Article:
In literature classes, one of the most difficult things to explain to Chinese speaking students is the difference between “irony”, “satire”, and “sarcasm.” Apparently distinguishing these is not always easy even for native speakers, but on the Chinese side, virtually every English-Chinese dictionary translates these as one thing: 諷刺. Yet the differences are vast.
This came back to me very sharply when my fiction class this semester read the stories “Gift of the Magi” and “The Diamond Necklace”; my question for the reading response began: “These two stories are both ‘ironic’ as we discussed in class…” One student’s response was 這兩個故事說不上是諷刺。比較像是 surprise ending，就是會覺得解果怎麼會是這樣，滿意外的…鑽石項鍊比較偏向諷刺，但是智者的禮物反而沒有諷刺的感覺，覺得有點可愛，好笑.
Naturally the student gets full credit for not cravenly surrendering her reasoning powers to the teacher, but as I said in my comments on the homework: “I said ironic, not 諷刺.” This is what “failure to communicate” really looks like.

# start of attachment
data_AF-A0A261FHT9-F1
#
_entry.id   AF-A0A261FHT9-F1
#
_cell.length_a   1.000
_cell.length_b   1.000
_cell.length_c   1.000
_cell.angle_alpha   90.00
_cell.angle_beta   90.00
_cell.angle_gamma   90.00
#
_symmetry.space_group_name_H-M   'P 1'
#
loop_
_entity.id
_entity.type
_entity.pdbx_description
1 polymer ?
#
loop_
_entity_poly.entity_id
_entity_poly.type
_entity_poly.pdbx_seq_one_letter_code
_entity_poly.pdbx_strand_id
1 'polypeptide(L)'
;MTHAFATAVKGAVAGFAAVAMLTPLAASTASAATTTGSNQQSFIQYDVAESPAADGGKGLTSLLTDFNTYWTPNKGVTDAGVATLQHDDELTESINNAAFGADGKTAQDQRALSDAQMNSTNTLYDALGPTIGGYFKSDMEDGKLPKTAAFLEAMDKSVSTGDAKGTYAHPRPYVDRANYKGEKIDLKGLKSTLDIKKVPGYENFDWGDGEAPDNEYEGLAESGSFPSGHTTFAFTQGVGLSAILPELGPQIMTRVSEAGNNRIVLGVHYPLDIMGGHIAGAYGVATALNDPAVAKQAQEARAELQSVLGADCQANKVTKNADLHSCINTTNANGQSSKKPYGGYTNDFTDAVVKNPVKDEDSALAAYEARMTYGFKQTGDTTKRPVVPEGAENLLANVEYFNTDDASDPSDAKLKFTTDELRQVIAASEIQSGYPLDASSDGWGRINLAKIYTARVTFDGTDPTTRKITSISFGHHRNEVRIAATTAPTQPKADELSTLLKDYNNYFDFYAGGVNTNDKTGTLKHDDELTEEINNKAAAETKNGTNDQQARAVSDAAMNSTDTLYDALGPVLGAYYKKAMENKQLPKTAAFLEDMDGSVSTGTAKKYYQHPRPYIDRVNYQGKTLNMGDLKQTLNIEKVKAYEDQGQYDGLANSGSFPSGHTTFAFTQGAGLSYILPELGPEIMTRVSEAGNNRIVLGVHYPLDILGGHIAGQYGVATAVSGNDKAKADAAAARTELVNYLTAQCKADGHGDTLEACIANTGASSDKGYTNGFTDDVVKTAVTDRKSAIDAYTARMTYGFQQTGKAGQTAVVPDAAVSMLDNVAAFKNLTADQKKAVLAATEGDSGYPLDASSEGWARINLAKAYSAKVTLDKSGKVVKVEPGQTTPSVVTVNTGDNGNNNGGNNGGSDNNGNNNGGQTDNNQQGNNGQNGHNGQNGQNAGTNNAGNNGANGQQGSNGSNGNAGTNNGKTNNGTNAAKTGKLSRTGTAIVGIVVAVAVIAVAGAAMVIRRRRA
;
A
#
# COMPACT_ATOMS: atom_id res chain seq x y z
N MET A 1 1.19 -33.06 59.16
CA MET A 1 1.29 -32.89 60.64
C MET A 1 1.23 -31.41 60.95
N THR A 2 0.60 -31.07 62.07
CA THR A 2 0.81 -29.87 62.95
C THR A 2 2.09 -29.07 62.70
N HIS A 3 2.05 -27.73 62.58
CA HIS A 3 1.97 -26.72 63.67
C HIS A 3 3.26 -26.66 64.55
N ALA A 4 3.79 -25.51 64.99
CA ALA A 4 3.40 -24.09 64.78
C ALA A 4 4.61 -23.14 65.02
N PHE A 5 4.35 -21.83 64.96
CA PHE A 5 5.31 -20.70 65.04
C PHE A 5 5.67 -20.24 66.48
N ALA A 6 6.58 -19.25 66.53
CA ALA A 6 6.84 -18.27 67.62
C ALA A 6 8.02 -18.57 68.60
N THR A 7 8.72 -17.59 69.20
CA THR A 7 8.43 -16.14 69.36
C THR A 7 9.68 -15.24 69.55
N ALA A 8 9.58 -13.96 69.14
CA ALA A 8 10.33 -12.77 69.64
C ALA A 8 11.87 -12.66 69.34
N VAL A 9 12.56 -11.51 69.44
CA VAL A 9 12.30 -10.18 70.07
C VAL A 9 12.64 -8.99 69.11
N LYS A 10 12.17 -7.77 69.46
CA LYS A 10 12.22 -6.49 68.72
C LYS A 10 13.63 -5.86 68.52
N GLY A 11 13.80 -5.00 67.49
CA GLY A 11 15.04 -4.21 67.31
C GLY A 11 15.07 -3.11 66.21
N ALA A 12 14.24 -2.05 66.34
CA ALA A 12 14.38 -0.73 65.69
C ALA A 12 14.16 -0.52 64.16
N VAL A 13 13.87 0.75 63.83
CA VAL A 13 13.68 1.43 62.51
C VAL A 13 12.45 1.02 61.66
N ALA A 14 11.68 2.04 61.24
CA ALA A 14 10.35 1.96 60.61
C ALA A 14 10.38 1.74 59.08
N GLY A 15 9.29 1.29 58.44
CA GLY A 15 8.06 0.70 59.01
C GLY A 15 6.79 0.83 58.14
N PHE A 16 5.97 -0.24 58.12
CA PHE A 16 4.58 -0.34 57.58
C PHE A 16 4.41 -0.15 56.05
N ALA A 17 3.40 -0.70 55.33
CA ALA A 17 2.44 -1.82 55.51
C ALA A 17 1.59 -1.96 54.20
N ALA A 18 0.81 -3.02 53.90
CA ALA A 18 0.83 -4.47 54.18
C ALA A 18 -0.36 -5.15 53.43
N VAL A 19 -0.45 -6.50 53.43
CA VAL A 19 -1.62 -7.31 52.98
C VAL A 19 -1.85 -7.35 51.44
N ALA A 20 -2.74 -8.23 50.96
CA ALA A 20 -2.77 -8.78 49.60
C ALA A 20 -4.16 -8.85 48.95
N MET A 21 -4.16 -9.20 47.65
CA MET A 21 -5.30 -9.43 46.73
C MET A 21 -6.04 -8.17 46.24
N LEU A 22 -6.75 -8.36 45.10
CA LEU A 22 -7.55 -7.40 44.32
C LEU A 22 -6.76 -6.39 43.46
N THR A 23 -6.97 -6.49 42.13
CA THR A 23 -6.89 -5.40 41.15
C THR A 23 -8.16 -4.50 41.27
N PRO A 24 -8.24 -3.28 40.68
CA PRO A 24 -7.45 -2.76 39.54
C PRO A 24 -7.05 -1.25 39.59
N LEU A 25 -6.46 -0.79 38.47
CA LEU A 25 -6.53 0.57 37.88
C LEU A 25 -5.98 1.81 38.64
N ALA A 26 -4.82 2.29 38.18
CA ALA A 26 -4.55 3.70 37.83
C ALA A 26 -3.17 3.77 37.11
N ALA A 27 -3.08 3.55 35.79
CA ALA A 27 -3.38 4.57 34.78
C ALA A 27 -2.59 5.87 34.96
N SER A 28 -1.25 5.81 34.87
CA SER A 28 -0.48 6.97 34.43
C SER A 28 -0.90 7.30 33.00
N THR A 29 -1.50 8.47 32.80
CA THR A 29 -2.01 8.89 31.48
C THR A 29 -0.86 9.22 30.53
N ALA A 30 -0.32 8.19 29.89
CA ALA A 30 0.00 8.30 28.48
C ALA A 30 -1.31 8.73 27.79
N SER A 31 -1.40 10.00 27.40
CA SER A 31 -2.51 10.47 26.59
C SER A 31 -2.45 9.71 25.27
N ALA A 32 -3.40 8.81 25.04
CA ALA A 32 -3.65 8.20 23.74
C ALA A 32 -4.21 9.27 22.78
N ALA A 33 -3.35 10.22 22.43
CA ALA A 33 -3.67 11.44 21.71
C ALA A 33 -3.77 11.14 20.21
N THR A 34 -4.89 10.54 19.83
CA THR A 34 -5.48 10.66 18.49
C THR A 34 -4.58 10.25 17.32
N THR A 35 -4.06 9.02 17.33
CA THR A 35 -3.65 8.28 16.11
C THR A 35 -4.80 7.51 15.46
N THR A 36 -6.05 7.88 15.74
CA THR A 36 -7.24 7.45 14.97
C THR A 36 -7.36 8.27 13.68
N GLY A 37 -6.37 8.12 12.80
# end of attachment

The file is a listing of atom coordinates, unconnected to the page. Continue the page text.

Afterthought: Actually, now I’m wondering whether I got this wrong. Is the Gift of the Magi not ironic? We can at least say that, even though Jim and Della’s gifts to each other were useless in the end, they were not totally in vain. The gifts they chose revealed how much they cared for each other, and Jim, for one, took consolation in this. In “The Diamond Necklace”, however, the revelation of the necklace’s true value at the end destroys whatever consolation Mathilde has found. Does this make it more ironic?
In fact, even “The Diamond Necklace” was not ironic to some students, just silly: “Why didn’t Mathilde just tell Madame Forestier the necklace was lost instead of wasting ten years?” Good point. [That’s sarcastic, guys.]